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  1. Abstract

    Gravitational-wave observations of neutron star mergers can probe the nuclear equation of state by measuring the imprint of the neutron star’s tidal deformability on the signal. We investigate the ability of future gravitational-wave observations to produce a precise measurement of the equation of state from binary neutron star inspirals. Because measurability of the tidal effect depends on the equation of state, we explore several equations of state that span current observational constraints. We generate a population of binary neutron stars as seen by a simulated Advanced LIGO–Virgo network, as well as by a planned Cosmic Explorer observatory. We perform Bayesian inference to measure the parameters of each signal, and we combine measurements across each population to determineR1.4, the radius of a 1.4Mneutron star. We find that, with 321 signals, the LIGO–Virgo network is able to measureR1.4to better than 2% precision for all equations of state we consider; however, we also find that achieving this precision could take decades of observation, depending on the equation of state and the merger rate. On the other hand, we find that with one year of observation, Cosmic Explorer will measureR1.4to better than 0.6% precision. In both cases, we find that systematic biases, such as from an incorrect mass prior, can significantly impact measurement accuracy, and efforts will be required to mitigate these effects.

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  2. Free, publicly-accessible full text available June 1, 2024
  3. Free, publicly-accessible full text available May 1, 2024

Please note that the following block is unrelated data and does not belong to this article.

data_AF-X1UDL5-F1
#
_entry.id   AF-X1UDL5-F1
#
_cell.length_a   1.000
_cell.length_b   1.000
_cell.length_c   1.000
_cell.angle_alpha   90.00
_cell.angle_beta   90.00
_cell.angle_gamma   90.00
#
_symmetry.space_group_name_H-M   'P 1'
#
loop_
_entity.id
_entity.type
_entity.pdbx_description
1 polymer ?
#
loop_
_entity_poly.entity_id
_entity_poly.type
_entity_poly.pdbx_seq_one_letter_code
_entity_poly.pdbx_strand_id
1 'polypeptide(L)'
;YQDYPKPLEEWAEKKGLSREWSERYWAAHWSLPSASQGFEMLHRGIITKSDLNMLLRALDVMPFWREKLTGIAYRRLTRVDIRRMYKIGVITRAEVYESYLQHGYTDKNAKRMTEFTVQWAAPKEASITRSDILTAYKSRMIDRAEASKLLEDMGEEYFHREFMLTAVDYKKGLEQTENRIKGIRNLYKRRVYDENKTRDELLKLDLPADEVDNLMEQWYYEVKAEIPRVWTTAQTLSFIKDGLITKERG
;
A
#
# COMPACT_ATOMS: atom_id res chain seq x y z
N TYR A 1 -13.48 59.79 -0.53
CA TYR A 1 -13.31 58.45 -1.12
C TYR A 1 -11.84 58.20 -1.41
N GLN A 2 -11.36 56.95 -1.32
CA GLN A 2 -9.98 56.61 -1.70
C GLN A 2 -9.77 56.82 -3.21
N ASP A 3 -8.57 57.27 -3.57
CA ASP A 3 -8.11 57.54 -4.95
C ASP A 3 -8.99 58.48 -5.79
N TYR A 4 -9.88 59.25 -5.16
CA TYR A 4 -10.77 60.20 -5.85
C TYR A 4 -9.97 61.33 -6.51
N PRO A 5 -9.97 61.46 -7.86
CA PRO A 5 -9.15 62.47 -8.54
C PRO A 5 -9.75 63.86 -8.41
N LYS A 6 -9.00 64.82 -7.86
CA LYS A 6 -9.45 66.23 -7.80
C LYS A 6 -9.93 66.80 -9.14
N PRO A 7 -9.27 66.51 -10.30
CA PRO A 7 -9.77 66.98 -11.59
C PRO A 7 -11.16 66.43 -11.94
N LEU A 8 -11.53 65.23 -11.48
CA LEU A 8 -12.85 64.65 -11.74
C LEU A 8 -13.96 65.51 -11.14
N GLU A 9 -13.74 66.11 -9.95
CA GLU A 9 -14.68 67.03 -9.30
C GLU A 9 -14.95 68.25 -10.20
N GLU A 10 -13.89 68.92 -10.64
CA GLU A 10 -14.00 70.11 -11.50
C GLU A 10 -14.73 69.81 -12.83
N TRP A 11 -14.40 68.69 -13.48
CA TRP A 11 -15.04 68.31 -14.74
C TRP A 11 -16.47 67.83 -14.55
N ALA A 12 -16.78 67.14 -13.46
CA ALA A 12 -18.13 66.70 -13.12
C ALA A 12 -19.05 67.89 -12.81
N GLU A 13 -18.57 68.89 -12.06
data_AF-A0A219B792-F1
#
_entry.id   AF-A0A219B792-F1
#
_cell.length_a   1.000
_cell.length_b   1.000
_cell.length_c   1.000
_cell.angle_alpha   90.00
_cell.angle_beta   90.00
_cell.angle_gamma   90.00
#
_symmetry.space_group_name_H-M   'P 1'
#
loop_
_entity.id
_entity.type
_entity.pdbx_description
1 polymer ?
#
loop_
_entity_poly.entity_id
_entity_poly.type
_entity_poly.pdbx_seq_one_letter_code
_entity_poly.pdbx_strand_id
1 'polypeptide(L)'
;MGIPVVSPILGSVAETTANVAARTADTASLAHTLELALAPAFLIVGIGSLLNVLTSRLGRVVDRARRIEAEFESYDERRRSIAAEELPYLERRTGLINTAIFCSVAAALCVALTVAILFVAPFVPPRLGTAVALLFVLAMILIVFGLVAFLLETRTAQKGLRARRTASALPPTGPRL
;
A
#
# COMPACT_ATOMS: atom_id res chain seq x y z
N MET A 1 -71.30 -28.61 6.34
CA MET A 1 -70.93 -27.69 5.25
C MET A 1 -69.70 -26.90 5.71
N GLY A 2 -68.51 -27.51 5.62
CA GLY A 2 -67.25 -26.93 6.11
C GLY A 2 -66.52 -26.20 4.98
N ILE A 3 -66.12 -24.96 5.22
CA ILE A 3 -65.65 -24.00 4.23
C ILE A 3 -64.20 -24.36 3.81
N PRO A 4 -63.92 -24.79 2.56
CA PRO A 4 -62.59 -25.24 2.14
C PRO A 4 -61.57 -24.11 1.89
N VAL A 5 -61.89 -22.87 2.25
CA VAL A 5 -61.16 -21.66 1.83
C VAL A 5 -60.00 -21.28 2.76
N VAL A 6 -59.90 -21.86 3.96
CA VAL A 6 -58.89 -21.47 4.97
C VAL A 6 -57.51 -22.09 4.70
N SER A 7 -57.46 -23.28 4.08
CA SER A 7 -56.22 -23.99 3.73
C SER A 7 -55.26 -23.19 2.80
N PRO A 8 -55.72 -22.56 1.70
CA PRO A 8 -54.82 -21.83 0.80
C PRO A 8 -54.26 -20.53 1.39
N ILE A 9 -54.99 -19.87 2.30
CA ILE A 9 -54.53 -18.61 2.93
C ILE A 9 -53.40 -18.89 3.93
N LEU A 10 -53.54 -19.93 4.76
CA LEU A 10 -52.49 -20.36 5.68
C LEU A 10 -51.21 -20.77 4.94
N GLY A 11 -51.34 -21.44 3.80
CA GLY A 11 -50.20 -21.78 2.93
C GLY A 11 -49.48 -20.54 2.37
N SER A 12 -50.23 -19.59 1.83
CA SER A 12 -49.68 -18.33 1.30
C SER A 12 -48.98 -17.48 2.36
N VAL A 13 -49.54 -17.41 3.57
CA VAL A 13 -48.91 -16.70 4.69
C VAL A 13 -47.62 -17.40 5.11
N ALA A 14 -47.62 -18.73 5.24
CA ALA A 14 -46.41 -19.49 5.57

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    ABSTRACT Two binary neutron star mergers, GW170817 and GW190425, have been detected by Advanced LIGO and Virgo. These signals were detected by matched-filter searches that assume that the star’s orbit has circularized by the time their gravitational-wave emission is observable. This suggests that their eccentricity is low, but full parameter estimation of their eccentricity has not yet been performed. We use gravitational-wave observations to measure the eccentricity of GW170817 and GW190425. We find that the eccentricity at a gravitational-wave frequency of 10 Hz is e ≤ 0.024 and e ≤ 0.048 for GW170817 and GW190425, respectively (90 per cent confidence). This is consistent with the binaries being formed in the field, as such systems are expected to have circularized to e ≤ 10−4 by the time they reach the LIGO–Virgo band. Our constraint is a factor of 2 smaller that an estimate based on GW170817 being detected by searches that neglect eccentricity. However, we caution that we find significant prior dependence in our limits, suggesting that there is limited information in the signals. We note that other techniques used to constrain binary neutron star eccentricity without full parameter estimation may miss degeneracies in the waveform, and that for future signals, it will be important to perform full parameter estimation with accurate waveform templates. 
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